European bison Bison bonasus were re-introduced at two sites in the Bieszczady Mountains during the 1960s and 1970s. The genetic analysis done on the basis of the European Bison Pedigree Book allowed the determination of basic genetic parameters for every herd member, including founder contribution, founder genome equivalent, inbreeding and kinship values. This analysis has revealed that after about 30 years, those small, isolated herds have become highly inbred and genotypes of some founders are missing in this population. Appropriate individuals bearing genes of underrepresented or lacking founders have been selected from Swedish and Danish breeding centres, since in Poland the Lowland-Caucasian line is already represented only in free ranging herds at Bieszczady. After the acclimatisation period, bison were released within the home range of the western herd in Komancza Forest District. Genetic analysis indicates that similar problems exist in other herds in the Bieszczady Mountains, therefore the supplementation of missing bloodlines is also recommended for them. Management of Bieszczady herds should focus on creating a true meta-population with an effective population number of at least 100 individuals i.e. 200-300 animals in total.
How do we manage so as to consider or account for both ecosystems and the biosphere? How do we consider complexity in general while resolving conflicts such as those between the effects of predators on prey populations and vice versa? The tradeoffs among economic and ecological factors have proven impossible to address in conventional management. Finding balance among the conflicting forces of nature is one of the principal challenges for management. Systemic management resolves such dilemmas by finding guidance based on empirical information in emergent patterns. In this paper we describe systemic management and contrast it with conventional management to show how systemic management more successfully accounts for complexity. We add to the list of examples of how systemic management could be applied by illustrating its use in the spatial and temporal distribution of fisheries harvests, as well as the establishment of marine reserves and closed seasons. This can involve harvests from individual resource species, ecosystems, or the whole marine environment. A key difference between systemic management and conventional management is the guiding information used. Conventional management uses thought, models, meetings, lists, consensus, or stakeholder input whereas systemic management uses empirical information to mimic natural systems wherein the use of models is restricted to finding and describing emergent patterns.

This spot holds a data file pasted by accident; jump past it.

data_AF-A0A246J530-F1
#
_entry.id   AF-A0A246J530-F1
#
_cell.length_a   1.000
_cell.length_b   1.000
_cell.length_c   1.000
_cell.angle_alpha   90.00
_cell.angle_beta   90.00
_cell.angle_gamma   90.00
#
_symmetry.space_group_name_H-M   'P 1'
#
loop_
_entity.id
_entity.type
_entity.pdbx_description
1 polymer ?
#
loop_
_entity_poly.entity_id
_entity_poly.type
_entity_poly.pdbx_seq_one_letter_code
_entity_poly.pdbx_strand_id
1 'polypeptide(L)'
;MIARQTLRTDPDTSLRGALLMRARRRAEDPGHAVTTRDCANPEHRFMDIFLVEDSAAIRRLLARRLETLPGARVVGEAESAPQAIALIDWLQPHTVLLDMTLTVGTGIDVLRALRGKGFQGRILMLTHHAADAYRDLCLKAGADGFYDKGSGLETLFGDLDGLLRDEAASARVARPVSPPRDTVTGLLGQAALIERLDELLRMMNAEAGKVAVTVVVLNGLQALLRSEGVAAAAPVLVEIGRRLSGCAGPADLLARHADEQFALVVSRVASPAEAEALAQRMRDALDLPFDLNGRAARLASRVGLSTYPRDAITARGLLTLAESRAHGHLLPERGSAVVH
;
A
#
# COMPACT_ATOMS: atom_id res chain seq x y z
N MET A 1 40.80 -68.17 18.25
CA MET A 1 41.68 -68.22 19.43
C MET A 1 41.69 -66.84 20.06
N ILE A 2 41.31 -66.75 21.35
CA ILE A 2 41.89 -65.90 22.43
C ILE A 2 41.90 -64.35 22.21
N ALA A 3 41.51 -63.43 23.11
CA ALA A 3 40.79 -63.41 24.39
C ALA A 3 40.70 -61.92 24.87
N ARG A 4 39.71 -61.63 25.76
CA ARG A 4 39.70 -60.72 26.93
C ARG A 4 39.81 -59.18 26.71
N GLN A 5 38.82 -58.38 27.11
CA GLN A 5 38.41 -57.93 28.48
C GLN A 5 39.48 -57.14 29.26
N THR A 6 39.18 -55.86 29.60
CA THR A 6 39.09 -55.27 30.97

Historical changes in anthropogenic pressure have been described for the area of the Bieszczady Mountains, the south-eastern most part of the Polish Carpathians. The area, now belonging to the least inhabited and most forested parts of the country, was subject to dramatic changes in population numbers, land cover and land use patterns due to political and economic changes during the last 150 years. Since 1950, within an area of about 2000km2, changes towards re-naturalisation through secondary succession, reforestation, land abandonment, spontaneous and forced emigration have occurred on an unprecedented scale when compared with other European countries. The influences of changes in economic development and population density on land use patterns and landscape structure in the region are discussed.